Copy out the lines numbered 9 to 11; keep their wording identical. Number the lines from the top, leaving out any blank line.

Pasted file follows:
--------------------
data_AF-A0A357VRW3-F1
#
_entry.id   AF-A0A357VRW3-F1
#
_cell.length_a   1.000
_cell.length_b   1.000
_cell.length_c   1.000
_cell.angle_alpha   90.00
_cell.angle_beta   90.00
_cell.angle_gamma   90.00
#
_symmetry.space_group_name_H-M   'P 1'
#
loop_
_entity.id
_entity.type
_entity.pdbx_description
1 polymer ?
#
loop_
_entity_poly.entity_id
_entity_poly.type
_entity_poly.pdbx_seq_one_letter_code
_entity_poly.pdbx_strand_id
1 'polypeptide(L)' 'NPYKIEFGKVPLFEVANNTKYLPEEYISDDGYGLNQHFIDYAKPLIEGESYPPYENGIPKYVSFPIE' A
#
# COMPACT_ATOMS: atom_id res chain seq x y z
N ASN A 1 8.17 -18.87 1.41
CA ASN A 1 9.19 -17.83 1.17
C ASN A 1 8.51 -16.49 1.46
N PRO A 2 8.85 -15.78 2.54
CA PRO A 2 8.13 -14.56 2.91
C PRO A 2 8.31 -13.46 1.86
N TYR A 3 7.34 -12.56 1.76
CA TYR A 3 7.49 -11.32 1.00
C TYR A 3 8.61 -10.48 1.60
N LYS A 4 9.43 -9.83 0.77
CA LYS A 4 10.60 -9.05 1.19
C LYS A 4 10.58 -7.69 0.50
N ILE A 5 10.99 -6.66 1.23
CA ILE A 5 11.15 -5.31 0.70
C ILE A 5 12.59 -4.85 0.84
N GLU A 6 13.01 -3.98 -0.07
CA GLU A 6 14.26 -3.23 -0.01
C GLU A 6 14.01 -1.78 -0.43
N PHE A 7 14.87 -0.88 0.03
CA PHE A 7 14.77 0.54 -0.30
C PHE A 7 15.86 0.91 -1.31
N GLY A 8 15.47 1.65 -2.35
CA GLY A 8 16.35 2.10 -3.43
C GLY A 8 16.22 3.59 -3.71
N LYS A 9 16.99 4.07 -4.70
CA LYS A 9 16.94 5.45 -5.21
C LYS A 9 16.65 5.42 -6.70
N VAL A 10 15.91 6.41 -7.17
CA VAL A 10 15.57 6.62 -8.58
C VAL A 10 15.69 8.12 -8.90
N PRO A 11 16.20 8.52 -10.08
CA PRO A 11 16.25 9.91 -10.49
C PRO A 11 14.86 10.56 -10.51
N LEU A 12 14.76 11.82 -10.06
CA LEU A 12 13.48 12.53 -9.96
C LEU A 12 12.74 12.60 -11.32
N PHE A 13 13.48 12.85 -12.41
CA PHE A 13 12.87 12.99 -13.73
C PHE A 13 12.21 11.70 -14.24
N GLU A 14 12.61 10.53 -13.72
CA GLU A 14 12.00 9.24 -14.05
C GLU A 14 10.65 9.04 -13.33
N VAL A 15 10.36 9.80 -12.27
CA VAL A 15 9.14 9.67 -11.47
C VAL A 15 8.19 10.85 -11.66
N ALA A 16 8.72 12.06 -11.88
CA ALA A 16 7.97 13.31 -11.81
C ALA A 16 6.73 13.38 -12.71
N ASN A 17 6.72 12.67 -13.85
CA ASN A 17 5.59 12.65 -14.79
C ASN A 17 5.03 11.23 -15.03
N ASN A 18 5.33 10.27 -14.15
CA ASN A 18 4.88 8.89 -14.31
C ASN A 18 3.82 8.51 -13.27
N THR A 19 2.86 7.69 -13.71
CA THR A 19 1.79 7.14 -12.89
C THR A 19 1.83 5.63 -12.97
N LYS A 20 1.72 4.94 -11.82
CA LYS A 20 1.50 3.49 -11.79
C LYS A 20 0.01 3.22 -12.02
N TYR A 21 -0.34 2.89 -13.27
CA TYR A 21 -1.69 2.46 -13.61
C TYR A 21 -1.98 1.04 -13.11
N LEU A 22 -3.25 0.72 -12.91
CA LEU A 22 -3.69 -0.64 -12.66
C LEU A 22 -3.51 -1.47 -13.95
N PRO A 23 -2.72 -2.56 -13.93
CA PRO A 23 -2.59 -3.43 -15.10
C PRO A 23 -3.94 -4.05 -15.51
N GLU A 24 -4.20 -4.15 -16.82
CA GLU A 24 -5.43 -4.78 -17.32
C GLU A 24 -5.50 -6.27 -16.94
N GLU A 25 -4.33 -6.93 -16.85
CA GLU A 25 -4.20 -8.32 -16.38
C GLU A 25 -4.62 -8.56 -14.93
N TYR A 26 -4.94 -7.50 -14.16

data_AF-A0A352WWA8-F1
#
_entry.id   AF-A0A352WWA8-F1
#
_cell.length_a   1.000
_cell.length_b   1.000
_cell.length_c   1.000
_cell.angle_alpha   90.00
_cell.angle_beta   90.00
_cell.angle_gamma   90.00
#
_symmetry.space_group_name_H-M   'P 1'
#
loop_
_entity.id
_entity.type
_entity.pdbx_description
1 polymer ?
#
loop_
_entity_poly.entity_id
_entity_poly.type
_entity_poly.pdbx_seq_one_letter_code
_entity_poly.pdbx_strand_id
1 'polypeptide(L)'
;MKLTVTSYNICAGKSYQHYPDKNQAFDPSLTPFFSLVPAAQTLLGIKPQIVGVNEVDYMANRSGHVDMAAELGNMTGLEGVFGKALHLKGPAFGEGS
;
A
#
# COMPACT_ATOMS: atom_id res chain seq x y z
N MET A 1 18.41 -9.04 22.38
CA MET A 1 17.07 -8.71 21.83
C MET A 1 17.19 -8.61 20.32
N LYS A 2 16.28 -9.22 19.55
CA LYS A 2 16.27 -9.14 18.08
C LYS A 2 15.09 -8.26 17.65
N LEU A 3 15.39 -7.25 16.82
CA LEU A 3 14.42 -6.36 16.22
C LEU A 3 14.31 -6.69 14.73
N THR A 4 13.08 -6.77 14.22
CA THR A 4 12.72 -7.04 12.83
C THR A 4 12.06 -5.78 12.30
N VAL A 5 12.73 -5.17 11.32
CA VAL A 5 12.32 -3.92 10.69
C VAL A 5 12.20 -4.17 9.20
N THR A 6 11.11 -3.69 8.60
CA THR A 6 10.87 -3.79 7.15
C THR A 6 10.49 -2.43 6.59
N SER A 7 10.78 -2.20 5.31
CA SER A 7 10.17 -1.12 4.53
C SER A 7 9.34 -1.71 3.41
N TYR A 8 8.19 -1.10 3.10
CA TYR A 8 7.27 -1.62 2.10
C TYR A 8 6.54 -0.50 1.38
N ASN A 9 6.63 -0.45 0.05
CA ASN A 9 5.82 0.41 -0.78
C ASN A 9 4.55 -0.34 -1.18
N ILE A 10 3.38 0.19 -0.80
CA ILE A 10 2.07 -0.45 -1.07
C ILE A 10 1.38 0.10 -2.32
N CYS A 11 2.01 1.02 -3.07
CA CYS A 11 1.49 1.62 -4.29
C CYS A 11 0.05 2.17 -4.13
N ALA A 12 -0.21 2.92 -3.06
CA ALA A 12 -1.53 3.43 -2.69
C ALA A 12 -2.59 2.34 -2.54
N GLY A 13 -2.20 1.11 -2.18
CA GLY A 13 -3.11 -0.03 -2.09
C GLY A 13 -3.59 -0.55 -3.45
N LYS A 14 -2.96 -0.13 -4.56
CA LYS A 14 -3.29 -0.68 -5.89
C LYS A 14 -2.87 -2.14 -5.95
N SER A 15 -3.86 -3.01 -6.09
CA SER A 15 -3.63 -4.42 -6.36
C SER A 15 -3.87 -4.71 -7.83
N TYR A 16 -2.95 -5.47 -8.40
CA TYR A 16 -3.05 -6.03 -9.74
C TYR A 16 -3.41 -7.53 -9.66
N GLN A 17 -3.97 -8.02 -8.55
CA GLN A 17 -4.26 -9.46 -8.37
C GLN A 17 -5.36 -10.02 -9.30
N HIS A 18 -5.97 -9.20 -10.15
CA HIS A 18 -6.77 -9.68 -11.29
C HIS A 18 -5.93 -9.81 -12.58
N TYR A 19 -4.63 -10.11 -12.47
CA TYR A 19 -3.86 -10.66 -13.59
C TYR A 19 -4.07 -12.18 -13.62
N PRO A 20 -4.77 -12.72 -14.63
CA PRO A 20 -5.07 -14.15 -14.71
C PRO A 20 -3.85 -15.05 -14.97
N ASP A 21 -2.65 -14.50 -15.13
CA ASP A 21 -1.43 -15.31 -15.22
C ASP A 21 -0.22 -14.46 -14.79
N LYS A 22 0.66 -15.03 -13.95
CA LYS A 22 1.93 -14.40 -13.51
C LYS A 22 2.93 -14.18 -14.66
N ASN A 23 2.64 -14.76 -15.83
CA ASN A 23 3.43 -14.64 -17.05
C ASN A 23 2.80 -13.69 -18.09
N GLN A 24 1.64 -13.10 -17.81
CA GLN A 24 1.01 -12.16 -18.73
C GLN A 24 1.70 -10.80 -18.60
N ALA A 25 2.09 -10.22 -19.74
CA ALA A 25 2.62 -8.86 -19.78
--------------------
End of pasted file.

_cell.angle_beta   90.00
_cell.angle_gamma   90.00
#